Over the last few months, there has been talk nationwide about debates. Who said what, who won, and what effect each debate made on the viewers. And while that national conversation was couched in the midst of presidential politics, speech and debate also came to life on the Shawnee campus of OBU.
During this fall 2016 semester, the university launched the OBU forensics and debate team. The team is under the leadership of Scot Loyd, assistant professor of communication studies and director of forensics and debate. Loyd formerly coached debate at Louisiana College for four years, and has previously taught courses such as oral communication, debate, public speaking and interpersonal communication.
It didn’t take long for the team to make an impact. In fact, the team brought home its first tournament championship from the Tulsa Community College/Green County debate tournament, held Oct. 28-30. OBU competed against a field of twenty other programs from across the region including community colleges and major universities.
Sophomore Arielle Heiser was an octofinalist (top eight) in the novice division beating out East Texas Baptist University, Southeastern Oklahoma State, and Southwest Baptist. Freshman Tyler Scott was a semi-finalist in the junior varsity division with a victory over Texas Christian University, and freshman Matt Schuetz was the junior varsity tournament champion with victories over East Texas Baptist and Southwest Baptist.
Eight competitors represented OBU in the tournament in two divisions of public debate, individual speaking events and Lincoln Douglass Debate. Competing at TCC were Chase Chastain, Scott, Schuetz, Hannah Chandler, Anna Chandler, Jennifer Pensamiento-Hilton, Heiser, and Avry Wood. Meagan Hill served as judge.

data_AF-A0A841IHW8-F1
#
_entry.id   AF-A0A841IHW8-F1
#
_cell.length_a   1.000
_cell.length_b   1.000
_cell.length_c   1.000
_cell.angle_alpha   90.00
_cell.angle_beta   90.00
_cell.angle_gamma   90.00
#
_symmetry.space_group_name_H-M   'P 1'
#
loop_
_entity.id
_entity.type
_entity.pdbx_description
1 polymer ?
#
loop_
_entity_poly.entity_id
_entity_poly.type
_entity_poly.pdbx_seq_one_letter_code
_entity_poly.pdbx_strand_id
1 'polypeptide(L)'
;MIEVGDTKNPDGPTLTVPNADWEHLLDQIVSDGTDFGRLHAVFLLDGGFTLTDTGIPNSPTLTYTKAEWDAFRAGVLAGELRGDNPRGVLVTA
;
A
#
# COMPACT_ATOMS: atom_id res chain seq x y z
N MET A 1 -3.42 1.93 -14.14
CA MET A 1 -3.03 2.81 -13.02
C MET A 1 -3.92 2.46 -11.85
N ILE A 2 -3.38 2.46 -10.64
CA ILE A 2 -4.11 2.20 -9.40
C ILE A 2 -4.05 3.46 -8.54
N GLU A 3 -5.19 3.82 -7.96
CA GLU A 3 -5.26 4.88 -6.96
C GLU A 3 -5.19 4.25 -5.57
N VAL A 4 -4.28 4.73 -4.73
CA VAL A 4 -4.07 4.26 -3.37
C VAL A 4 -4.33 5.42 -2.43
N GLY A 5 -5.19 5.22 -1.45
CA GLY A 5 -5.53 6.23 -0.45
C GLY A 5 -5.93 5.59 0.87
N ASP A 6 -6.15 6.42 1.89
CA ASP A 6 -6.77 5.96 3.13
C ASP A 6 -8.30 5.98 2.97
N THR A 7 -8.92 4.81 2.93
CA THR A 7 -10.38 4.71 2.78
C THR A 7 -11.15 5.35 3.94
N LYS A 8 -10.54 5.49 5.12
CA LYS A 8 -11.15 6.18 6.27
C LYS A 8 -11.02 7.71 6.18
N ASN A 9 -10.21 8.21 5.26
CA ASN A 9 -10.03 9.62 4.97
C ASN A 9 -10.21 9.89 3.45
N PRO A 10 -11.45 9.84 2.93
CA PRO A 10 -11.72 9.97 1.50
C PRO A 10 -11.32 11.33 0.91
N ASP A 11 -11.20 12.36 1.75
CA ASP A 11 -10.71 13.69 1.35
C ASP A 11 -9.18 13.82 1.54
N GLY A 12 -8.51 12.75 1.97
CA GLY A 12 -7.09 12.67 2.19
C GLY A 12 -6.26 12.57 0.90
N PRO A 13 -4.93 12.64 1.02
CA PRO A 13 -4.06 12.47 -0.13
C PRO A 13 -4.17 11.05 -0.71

“For me, the most challenging part of debate is understanding other arguments and listening in a way to understand to the satisfaction of our opponents,” Loyd said. “Only then are we qualified to respond intelligently. I think most of us grow up in environments where our ideas and world views go unchallenged and are often affirmed by every institution in our lives. Debate serves our growth because it forces us to listen to others, identify our differences and points of agreement, and articulate our viewpoint as it is supported by the evidence, or change if we find it unsubstantiated.”
Dr. Vickie Ellis, professor of communication arts and chair of the division of communication studies, and Dr. Barbe, professor of communication studies, had the vision for the team. They enlisted Loyd’s expertise and experience to make the team happen. The team currently competes in the public debate category, a more real-world experience of persuasion. In their first competition earlier in the semester, team took third place, qualifying for a regional meet in Texas.
Loyd believes passionately in the benefits forensics and debate gives to student competitors.
“Students benefit from debate because it improves their critical thinking and oratory skills immediately. Over time, students involved in debate are uniquely poised to be of greatest benefit to the institutions they choose to serve because they have done the hard work of thinking through the difficult challenges that face our society and world,” Loyd said.
The team is open to any student interested and meetings take place in OBU’s Sarkeys Telecommunication Center every Thursdays from 5-7 p.m.